I T&miomc' tnx. I Codt Ojf ^QQdL I We appreciate the fact that the reduction 1 of living costs is a prime necessity. I a To-day Laitova Lemon Cheese is a staple article of food in hun- 11" dreds of thousands of British homes, being used g in preference to butter or margarine. II Ar We could reduce the price of Laitova ig but this would necessitate a correspond- H ing reduction of quality. If It is upon its super-quality that the 1 I II I ? Irj^Tl jJ t V reputation of Laitova has been made, 1 H lil ov f H and we will not on any account reduce that | high 31andard. We can only effect economy in packing. I This we have done by adopting the g \Y???S??. \???' ?MTf ?4???M!Mf hygienic jar as our standard package, | and its economy enables us to supply G ?t????? ?Sy/ Laitova at 3d. per jar less than if packe4 I 4 &vo in glass. The dainty hygienic jar is convenient; E it retains to the full the fresh delicious R llavout of Laitova, and B r? Sainty Janty lowers the cost to YOU SB in the dainty j I by o 1 ?? ? ? < by 3? dt 3d. per Jar. H ??' ￼ m ￼ ?????< ￼ &?? ?? Make LAttO:v.A, ch<?Mt. IncUt that your Grocei ???j??)? ?tM ￼ ?JL ,?pplies this moit delicious and nutritious of &U foods. H ?????a?B??' ? in ?< hyz:M:e jar of economy. R 'the Jally SUTCLIFFE & BINGHAM, Ltd., I From grocers and stores in ??? ￼ MANCHESTER, ? la 4d., 8d.. aind 114 hygienic jars. XL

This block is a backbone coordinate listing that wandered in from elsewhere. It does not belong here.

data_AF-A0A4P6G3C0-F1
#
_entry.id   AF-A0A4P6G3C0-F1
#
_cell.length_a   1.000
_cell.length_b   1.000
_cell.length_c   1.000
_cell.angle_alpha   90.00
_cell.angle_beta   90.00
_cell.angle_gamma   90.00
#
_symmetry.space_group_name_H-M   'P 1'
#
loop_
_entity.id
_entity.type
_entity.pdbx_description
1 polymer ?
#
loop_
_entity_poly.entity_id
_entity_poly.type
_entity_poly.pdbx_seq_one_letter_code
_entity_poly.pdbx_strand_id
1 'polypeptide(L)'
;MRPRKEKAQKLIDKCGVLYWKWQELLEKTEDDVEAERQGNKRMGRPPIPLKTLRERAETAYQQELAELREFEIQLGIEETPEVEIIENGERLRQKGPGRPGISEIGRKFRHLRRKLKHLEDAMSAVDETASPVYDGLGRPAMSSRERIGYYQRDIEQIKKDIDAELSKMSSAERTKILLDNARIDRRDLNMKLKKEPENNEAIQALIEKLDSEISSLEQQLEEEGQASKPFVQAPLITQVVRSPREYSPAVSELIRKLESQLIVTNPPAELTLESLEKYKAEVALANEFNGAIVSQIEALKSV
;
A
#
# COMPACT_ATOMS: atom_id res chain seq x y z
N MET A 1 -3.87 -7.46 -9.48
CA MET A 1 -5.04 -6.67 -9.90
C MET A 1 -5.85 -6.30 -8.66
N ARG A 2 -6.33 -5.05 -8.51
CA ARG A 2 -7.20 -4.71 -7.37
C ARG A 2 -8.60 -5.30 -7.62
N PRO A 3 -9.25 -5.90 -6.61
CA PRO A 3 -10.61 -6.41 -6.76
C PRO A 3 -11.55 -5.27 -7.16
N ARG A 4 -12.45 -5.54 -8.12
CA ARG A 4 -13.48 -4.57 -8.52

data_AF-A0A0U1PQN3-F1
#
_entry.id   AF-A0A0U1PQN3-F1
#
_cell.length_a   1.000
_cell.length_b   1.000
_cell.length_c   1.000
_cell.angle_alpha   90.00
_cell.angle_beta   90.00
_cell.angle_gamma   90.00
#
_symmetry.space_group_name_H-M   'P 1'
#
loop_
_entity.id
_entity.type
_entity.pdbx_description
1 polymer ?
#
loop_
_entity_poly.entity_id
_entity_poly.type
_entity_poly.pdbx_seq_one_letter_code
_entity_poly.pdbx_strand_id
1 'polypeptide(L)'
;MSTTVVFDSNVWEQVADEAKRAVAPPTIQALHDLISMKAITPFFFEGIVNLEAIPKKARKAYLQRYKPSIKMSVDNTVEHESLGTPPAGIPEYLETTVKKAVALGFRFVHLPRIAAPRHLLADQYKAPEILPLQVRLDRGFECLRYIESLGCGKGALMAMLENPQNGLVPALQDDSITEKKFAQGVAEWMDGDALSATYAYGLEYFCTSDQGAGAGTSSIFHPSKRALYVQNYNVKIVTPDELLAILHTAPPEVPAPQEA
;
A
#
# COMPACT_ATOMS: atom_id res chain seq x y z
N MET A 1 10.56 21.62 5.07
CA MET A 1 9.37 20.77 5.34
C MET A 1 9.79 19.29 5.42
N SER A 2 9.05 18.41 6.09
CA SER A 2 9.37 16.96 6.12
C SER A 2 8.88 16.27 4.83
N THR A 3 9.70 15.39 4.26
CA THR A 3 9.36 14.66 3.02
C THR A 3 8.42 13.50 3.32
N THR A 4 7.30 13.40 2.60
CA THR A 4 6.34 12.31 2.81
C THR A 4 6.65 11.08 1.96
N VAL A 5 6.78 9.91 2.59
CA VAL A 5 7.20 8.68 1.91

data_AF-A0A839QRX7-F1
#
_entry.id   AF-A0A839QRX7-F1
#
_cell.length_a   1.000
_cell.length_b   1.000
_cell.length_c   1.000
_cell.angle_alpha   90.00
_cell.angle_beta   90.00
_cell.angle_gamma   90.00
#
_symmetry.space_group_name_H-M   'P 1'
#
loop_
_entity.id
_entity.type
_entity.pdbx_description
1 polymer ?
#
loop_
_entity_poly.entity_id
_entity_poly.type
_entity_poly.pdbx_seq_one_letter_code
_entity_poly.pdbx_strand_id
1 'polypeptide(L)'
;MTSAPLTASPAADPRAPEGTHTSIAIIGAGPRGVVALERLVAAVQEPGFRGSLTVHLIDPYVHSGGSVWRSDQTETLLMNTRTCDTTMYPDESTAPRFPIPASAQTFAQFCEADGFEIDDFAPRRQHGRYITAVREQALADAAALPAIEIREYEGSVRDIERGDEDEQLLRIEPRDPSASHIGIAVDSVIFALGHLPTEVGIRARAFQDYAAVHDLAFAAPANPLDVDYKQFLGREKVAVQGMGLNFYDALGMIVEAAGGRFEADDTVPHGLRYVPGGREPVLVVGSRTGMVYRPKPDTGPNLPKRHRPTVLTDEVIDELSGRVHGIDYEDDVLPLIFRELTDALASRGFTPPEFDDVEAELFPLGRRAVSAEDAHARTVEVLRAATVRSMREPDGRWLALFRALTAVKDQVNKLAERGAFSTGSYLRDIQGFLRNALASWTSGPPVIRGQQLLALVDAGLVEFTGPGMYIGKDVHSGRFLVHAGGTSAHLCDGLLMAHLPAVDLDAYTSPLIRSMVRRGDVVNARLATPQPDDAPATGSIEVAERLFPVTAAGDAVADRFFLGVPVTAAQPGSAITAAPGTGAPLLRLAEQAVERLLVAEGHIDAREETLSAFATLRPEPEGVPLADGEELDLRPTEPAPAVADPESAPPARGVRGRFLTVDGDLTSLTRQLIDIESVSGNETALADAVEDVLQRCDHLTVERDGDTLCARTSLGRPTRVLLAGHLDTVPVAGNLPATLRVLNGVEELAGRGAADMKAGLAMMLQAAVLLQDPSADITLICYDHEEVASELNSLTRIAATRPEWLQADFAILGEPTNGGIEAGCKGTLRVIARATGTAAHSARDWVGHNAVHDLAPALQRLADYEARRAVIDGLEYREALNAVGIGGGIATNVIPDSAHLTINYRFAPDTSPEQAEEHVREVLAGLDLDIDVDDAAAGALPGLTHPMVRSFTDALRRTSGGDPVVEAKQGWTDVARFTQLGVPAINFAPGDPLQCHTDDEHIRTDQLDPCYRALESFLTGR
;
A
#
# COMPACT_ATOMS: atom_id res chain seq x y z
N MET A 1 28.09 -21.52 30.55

first ?—Because they have just had a March of 31 days JOKES. Mother: "Now George, I shall tell your I father to punish you severely for telling all untruth. You said you did not touch one of those six peaches, and there is only one left, and I found the five stones in your pocket." George: "I told no lie, mother; the peach I did not touch I is the one that's left." I Now children," said the school teacher, can any of you tell me of a greater power t.?an a king." Yes, ma'am," cried a little boy eagerly. I Very well, you may tell the class," re- plied the teacher. An ace," was the the unexpected reply. 1 Waiter," said Gloom, who had waited fifteen minutes for his soup, "have you ever been to the zoo?"— "No, sir." —"Well, you ought to go.! You'd enjoy watching the tortoises whizz past." —I am your loving nephew, Jack Mathias (age 12 years). Annie Mary Thomas (age 14), Lower: i Cwmtwrch, writesDear Uncle John,— I take a lot of interest in the Children's I Corner. I am "looking forward for it every night. Now I have a little story to tell you:— I A GREAT SURPRISE. There was onoe a ship at sea, and then were six white men and a black woman on board. They had with them a chair and a box of oranges. In tho middle of the sea they met a whale, and they did not know what to do. The whale followed them, so they threw tho chair down and he swallowed it. Tha whale still followed. They were afraid, and did not know what to do, so they threw the box of oranges down, and ha swallowed that again. The whale still ..followed. They did not have anything elee to throw, so they threw the black woman down, and be swallowed her. Now they did not want to throw one of the white men down, so they shot tho whale and he died, and they opened it. They then saw the black woman sitting Oil the chair and heard her shouting, Three a penny, oranges! I RIDDLES. What did you see the cobbler cutting the leather with ?—With, your eyes. Why did Adam eat an apple?—Be- cause the strawberries were not ripe. What grdws bigger the more you takaf from it?-A hole, What is the difference between v schoolmaster and a stationmaster ?—Ona; minds the train and the other trains thw" mind.